Smart Walking Stick Designed by SL Students Wins at APICTA Awards in Taiwan
Walking to school one day, two bright young students from St. Anthony’s College, Kandy passed by a street musician playing beautiful music on a flute. They were then shocked to realize that the street musician was, in fact, blind. The blind man and his soulful music inspired them to create something that would help people who are visually handicapped and possibly deaf. This inspiration drove them to create a smart walking stick from scratch and of their very own design.
The smart walking stick uses a variety of systems and sensors to operate. A built-in tracking system can be used to find the walking stick if it happens to be misplaced and this combines with a messaging system that can alert a relative or caregiver to any anomalous behaviour with a location of the disabled person. We also understand that the disabled person themselves may trigger a call for help using the messaging system.
The most apparently useful technology that the smart walking stick features is an obstacle proximity detection and warning system. Using ultrasonic technology the walking stick is able to detect obstacles within 90cm of the disabled person and warn them about the obstacle using a system of vibrations. Another interesting feature is an LED indicator system that alerts persons in close proximity to the user of the walking stick that the user is visually impaired.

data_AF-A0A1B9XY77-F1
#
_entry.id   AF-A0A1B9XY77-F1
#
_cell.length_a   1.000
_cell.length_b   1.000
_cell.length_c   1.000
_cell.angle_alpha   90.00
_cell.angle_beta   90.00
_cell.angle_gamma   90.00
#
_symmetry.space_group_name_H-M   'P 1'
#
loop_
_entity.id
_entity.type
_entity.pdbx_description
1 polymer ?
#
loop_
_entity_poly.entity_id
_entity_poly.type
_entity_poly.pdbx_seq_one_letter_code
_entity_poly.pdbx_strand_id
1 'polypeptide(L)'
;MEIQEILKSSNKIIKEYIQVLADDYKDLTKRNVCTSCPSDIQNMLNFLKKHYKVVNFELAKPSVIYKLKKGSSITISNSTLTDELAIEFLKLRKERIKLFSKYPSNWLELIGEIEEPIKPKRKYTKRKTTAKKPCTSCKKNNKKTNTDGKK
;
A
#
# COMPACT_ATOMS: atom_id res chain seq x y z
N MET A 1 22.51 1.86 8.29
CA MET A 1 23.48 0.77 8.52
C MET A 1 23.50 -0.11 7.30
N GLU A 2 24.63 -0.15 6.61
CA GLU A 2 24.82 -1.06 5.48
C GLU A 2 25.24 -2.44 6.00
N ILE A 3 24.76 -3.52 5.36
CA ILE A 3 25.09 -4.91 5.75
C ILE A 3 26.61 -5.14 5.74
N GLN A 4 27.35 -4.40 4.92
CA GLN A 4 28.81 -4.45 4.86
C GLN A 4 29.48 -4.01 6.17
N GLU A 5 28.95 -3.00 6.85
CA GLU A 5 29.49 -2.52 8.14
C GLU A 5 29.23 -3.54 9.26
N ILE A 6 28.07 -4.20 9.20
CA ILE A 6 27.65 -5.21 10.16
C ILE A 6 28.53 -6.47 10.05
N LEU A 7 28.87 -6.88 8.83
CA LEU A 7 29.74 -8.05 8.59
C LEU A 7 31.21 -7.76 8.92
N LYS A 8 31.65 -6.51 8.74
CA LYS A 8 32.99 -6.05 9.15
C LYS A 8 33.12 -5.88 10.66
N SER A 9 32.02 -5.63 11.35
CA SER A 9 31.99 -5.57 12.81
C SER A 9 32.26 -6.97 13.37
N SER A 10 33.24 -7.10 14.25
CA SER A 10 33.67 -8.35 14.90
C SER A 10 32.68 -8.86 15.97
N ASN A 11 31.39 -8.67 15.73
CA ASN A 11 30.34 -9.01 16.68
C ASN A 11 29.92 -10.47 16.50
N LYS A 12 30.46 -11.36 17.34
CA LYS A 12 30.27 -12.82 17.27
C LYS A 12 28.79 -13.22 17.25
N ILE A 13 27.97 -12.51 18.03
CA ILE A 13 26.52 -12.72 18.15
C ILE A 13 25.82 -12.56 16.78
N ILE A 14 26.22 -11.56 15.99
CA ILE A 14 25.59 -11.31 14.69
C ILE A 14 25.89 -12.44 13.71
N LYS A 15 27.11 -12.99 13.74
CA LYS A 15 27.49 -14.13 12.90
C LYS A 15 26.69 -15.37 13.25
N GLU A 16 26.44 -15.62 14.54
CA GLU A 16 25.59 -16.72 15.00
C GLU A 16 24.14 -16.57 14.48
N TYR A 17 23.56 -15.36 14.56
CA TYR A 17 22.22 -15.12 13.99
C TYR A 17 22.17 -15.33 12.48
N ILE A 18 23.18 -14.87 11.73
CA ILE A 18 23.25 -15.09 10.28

The two boys who designed and developed the smart walking stick are Gajindu Bandara and Gimhana Wijeyawardana from St. Anthony’s College, Kandy. Their creation competed against entries from all over the world and won the gold medal in the School Category at the Asia-Pacific ICT Alliance Awards (APICTA), which was held this year in Taipei, Taiwan. The duo has also won the Young Computer Scientist competition, which is organized by the Federation of IT Industry Sri Lanka and the Ministry of Education.
The smart walking stick is intended for use by people of all age groups and the duo who developed it are now working on making the device more power efficient and possibly installing solar panels to allow for continuous power. The power source and fitting the necessary electronics into the confined space was a major issue during development and was overcome by using the smallest programming boards and rechargeable batteries.
The two boys who developed the walking stick are optimistic about its future and feel that their product could become a commercially viable project. They are also working on other plans and are brimming with ambition and creativity. While the idea of a smart walking stick is not new and a number of massive companies have taken steps in this direction, those companies have been backed by massive funding and vast teams of professionals working on those projects. Yet here, we have two young boys, still in school with a shoe string budget having created a useful, working prototype.
What wonders will they achieve once they leave school and have more resources at their disposal? We are excited to see!
Share your thoughts and comments on this brave and brilliant achievement with us in the comments below!